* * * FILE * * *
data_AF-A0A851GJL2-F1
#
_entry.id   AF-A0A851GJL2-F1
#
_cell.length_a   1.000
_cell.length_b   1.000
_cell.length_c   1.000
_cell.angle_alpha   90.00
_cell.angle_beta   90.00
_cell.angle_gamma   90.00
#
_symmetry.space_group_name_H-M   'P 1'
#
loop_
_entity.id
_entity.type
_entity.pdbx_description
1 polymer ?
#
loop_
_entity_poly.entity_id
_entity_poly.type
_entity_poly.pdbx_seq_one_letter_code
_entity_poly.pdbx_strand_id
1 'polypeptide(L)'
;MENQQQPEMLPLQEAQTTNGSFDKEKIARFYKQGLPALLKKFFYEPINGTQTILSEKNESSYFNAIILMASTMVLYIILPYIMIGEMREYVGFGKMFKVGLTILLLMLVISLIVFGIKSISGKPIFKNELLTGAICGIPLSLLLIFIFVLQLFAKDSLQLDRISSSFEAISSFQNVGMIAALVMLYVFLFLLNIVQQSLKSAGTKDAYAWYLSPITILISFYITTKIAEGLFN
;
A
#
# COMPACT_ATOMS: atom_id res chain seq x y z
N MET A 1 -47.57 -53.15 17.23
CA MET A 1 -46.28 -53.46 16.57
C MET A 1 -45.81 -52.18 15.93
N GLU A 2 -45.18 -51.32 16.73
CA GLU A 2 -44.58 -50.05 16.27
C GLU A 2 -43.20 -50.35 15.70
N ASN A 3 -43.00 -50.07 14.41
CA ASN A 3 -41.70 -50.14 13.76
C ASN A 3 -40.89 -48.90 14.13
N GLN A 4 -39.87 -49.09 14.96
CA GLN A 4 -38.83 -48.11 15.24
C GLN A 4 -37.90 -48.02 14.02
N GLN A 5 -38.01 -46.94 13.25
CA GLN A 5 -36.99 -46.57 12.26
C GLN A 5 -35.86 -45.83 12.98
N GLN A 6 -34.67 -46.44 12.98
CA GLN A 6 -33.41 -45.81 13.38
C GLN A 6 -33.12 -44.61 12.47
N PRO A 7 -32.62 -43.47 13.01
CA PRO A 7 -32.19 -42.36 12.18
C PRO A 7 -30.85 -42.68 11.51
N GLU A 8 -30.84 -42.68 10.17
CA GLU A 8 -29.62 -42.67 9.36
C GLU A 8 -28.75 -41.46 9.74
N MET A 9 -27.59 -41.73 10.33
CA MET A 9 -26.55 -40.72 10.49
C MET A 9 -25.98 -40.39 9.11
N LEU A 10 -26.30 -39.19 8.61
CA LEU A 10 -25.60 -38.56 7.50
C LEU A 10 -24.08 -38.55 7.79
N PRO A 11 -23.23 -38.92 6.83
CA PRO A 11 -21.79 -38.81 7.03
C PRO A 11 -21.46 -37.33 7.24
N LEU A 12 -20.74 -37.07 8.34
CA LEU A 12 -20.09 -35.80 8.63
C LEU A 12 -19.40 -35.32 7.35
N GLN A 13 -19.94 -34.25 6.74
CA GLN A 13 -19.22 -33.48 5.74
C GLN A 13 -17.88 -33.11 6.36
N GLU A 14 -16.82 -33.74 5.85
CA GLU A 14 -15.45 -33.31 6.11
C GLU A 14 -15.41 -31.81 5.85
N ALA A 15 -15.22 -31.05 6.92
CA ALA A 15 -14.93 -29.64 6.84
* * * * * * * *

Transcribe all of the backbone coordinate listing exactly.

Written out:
data_AF-A0A851GJL2-F1
#
_entry.id   AF-A0A851GJL2-F1
#
_cell.length_a   1.000
_cell.length_b   1.000
_cell.length_c   1.000
_cell.angle_alpha   90.00
_cell.angle_beta   90.00
_cell.angle_gamma   90.00
#
_symmetry.space_group_name_H-M   'P 1'
#
loop_
_entity.id
_entity.type
_entity.pdbx_description
1 polymer ?
#
loop_
_entity_poly.entity_id
_entity_poly.type
_entity_poly.pdbx_seq_one_letter_code
_entity_poly.pdbx_strand_id
1 'polypeptide(L)'
;MENQQQPEMLPLQEAQTTNGSFDKEKIARFYKQGLPALLKKFFYEPINGTQTILSEKNESSYFNAIILMASTMVLYIILPYIMIGEMREYVGFGKMFKVGLTILLLMLVISLIVFGIKSISGKPIFKNELLTGAICGIPLSLLLIFIFVLQLFAKDSLQLDRISSSFEAISSFQNVGMIAALVMLYVFLFLLNIVQQSLKSAGTKDAYAWYLSPITILISFYITTKIAEGLFN
;
A
#
# COMPACT_ATOMS: atom_id res chain seq x y z
N MET A 1 -47.57 -53.15 17.23
CA MET A 1 -46.28 -53.46 16.57
C MET A 1 -45.81 -52.18 15.93
N GLU A 2 -45.18 -51.32 16.73
CA GLU A 2 -44.58 -50.05 16.27
C GLU A 2 -43.20 -50.35 15.70
N ASN A 3 -43.00 -50.07 14.41
CA ASN A 3 -41.70 -50.14 13.76
C ASN A 3 -40.89 -48.90 14.13
N GLN A 4 -39.87 -49.09 14.96
CA GLN A 4 -38.83 -48.11 15.24
C GLN A 4 -37.90 -48.02 14.02
N GLN A 5 -38.01 -46.94 13.25
CA GLN A 5 -36.99 -46.57 12.26
C GLN A 5 -35.86 -45.83 12.98
N GLN A 6 -34.67 -46.44 12.98
CA GLN A 6 -33.41 -45.81 13.38
C GLN A 6 -33.12 -44.61 12.47
N PRO A 7 -32.62 -43.47 13.01
CA PRO A 7 -32.19 -42.36 12.18
C PRO A 7 -30.85 -42.68 11.51
N GLU A 8 -30.84 -42.68 10.17
CA GLU A 8 -29.62 -42.67 9.36
C GLU A 8 -28.75 -41.46 9.74
N MET A 9 -27.59 -41.73 10.33
CA MET A 9 -26.55 -40.72 10.49
C MET A 9 -25.98 -40.39 9.11
N LEU A 10 -26.30 -39.19 8.61
CA LEU A 10 -25.60 -38.56 7.50
C LEU A 10 -24.08 -38.55 7.79
N PRO A 11 -23.23 -38.92 6.83
CA PRO A 11 -21.79 -38.81 7.03
C PRO A 11 -21.46 -37.33 7.24
N LEU A 12 -20.74 -37.07 8.34
CA LEU A 12 -20.09 -35.80 8.63
C LEU A 12 -19.40 -35.32 7.35
N GLN A 13 -19.94 -34.25 6.74
CA GLN A 13 -19.22 -33.48 5.74
C GLN A 13 -17.88 -33.11 6.36
N GLU A 14 -16.82 -33.74 5.85
CA GLU A 14 -15.45 -33.31 6.11
C GLU A 14 -15.41 -31.81 5.85
N ALA A 15 -15.22 -31.05 6.92
CA ALA A 15 -14.93 -29.64 6.84